APA - Dakar (Senegal)
Rural communities in Senegal are in the throes of the Covid-19 crisis, according to Senegalese agricultural scientists Abdourahmane Faye.
“(...) the rural world, which literally breathes through its agricultural sector, is affected in the lungs and has itself become a “contact case” that should be very closely monitored by the actors in the sector because, the prospects are not very encouraging. The disaster will be all the greater since the previous crop season was marred by a drastic fall in producer prices, due to overproduction at the global level,” writes Abdourahmane Faye in a column entitled: “Agriculture and the rural world put to the Coronavirus test!”
To support his point, he relies on the announcement of a record slump of 30,000 tonnes of cashew and a shortfall of 50 billion CFA francs for cashew nuts producers in the southern region of Casamance, who have not seen a single Indian buyer since the opening of the cashew marketing season.
“It's a whole promising industry, which is now in bad a way due to the Covid-19, which will also take its toll on the mango industry, for the same reasons of lack of buyers. The lifeblood of the agricultural economy is thus infected in this region, which already faces serious issues stemming from the effects of climate change, the salinization of land, the decline in fertility and soil productivity, and the lack of farming equipment, etc.” Mr. Faye goes on.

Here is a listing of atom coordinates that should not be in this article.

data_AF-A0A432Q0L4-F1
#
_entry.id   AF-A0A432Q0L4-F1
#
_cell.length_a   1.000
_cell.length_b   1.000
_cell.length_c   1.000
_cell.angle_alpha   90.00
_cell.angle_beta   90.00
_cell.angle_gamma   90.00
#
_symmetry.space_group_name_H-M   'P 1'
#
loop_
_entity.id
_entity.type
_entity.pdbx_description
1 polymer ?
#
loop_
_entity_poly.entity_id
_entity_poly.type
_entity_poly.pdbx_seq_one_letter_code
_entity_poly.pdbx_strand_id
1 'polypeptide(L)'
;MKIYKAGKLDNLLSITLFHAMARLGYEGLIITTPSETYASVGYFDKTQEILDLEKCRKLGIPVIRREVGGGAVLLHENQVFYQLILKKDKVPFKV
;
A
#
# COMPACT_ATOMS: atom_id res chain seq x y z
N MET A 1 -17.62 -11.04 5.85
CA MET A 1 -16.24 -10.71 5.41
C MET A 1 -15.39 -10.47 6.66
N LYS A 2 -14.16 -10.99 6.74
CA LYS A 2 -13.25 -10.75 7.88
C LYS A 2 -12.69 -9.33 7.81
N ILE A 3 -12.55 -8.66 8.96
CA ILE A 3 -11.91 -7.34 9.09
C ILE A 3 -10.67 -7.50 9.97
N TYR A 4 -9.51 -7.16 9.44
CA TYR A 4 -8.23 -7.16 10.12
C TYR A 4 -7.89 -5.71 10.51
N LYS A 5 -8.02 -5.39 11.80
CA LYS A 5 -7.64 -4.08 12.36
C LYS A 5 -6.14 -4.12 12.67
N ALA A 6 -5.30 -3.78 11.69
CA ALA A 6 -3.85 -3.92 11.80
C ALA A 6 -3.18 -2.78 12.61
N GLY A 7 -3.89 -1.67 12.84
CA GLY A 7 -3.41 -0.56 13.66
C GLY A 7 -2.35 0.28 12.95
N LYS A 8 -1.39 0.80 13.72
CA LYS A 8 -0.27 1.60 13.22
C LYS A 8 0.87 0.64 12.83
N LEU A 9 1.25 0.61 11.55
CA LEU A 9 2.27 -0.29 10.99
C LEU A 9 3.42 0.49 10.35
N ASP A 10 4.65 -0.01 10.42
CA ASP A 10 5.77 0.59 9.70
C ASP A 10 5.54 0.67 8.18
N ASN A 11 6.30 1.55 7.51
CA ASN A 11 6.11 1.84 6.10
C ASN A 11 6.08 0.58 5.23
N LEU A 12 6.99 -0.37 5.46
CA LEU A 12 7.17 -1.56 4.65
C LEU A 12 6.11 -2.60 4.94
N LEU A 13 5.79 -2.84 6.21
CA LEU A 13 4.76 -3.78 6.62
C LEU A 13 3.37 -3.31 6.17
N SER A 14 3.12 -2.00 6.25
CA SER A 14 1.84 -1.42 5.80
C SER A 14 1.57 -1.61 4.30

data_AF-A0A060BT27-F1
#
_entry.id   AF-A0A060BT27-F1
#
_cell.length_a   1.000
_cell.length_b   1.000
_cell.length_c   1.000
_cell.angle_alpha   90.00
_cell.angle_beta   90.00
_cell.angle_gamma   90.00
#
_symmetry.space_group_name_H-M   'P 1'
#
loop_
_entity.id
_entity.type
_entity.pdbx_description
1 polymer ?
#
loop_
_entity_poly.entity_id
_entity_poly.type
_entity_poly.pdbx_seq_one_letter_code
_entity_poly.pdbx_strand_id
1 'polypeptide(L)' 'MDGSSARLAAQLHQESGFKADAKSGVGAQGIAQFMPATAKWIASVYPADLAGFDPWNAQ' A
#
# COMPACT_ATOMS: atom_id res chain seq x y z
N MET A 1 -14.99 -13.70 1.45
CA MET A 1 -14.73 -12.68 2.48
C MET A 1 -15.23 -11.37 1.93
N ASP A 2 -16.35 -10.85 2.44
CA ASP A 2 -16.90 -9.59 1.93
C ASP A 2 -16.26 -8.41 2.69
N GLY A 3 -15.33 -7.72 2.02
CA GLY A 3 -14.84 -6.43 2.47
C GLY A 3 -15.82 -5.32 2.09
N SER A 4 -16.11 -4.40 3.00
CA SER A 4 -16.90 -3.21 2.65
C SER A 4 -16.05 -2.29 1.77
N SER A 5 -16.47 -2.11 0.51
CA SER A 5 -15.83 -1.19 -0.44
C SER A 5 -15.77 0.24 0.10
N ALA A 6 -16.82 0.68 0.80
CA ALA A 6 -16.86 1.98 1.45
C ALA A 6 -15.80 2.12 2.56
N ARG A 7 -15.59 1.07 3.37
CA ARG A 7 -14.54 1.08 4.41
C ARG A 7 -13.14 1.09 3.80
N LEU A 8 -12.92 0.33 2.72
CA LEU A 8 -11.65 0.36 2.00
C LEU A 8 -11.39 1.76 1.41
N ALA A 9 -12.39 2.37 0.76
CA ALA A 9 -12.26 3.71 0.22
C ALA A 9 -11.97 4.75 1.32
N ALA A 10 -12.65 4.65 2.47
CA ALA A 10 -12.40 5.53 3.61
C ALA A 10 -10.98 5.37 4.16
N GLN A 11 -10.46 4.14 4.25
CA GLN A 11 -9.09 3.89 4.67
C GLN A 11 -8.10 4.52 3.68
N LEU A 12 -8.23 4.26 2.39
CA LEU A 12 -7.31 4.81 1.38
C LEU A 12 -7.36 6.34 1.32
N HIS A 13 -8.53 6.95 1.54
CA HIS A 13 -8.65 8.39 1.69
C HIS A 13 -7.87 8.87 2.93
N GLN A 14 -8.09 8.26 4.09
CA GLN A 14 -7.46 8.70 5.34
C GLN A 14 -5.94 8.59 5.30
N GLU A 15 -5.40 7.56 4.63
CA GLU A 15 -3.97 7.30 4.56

He points out that the strict application of barrier measures to curb the spread of the virus has resulted in the immediate closure of weekly rural markets across the country. Farmers are thus deprived of their commercial outlets at the first level where they carry out their business and sell their livestock and off-season products, to meet their monetary and food needs.
However, he notes, “in more than 80 percent of cases, agricultural households use up their food stocks six months after harvest and depend, for the rest of the year, on these markets to buy food.
To make things even worse, remittances from farmers working in other sectors (urban and fishing) are also affected by the crisis. In some cases these migratory transfers of funds can represent up to 90 percent of family income in rural areas.”
According to him, the restrictions imposed on internal and external transport have disrupted the functioning of the logistics chains (supplies, deliveries) which involve farms.
“The situation says Abdourahmane Faye, is worrying, the determination is strong to stop the spread of the disease, mitigate its impact on agriculture and reduce the looming food risks.”
In any case, Mr. Faye believes that agriculture will have to question its persistent difficulties in meeting its essential missions of feeding the populations, creating decent jobs and incomes for young people, and providing a favorable living environment in rural settings.